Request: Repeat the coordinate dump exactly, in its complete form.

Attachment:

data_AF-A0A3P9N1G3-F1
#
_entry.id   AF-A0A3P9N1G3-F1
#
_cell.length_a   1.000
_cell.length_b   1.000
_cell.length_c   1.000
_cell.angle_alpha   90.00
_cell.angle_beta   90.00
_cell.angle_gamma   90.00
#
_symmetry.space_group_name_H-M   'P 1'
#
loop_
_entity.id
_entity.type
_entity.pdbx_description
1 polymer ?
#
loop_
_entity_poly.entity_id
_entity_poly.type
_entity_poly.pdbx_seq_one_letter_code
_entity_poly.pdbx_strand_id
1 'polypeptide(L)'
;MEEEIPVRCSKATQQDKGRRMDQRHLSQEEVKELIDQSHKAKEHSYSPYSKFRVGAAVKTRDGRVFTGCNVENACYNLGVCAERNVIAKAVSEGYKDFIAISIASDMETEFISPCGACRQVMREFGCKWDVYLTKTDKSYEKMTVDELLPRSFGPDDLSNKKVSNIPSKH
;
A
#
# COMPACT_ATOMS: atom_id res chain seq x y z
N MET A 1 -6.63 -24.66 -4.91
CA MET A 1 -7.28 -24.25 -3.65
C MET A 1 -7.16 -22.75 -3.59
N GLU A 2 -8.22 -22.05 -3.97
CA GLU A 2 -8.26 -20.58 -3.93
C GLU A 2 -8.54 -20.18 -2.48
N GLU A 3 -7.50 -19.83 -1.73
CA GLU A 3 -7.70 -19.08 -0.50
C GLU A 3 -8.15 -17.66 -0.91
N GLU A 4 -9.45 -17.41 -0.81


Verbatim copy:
data_AF-A0A3P9N1G3-F1
#
_entry.id   AF-A0A3P9N1G3-F1
#
_cell.length_a   1.000
_cell.length_b   1.000
_cell.length_c   1.000
_cell.angle_alpha   90.00
_cell.angle_beta   90.00
_cell.angle_gamma   90.00
#
_symmetry.space_group_name_H-M   'P 1'
#
loop_
_entity.id
_entity.type
_entity.pdbx_description
1 polymer ?
#
loop_
_entity_poly.entity_id
_entity_poly.type
_entity_poly.pdbx_seq_one_letter_code
_entity_poly.pdbx_strand_id
1 'polypeptide(L)'
;MEEEIPVRCSKATQQDKGRRMDQRHLSQEEVKELIDQSHKAKEHSYSPYSKFRVGAAVKTRDGRVFTGCNVENACYNLGVCAERNVIAKAVSEGYKDFIAISIASDMETEFISPCGACRQVMREFGCKWDVYLTKTDKSYEKMTVDELLPRSFGPDDLSNKKVSNIPSKH
;
A
#
# COMPACT_ATOMS: atom_id res chain seq x y z
N MET A 1 -6.63 -24.66 -4.91
CA MET A 1 -7.28 -24.25 -3.65
C MET A 1 -7.16 -22.75 -3.59
N GLU A 2 -8.22 -22.05 -3.97
CA GLU A 2 -8.26 -20.58 -3.93
C GLU A 2 -8.54 -20.18 -2.48
N GLU A 3 -7.50 -19.83 -1.73
CA GLU A 3 -7.70 -19.08 -0.50
C GLU A 3 -8.15 -17.66 -0.91
N GLU A 4 -9.45 -17.41 -0.81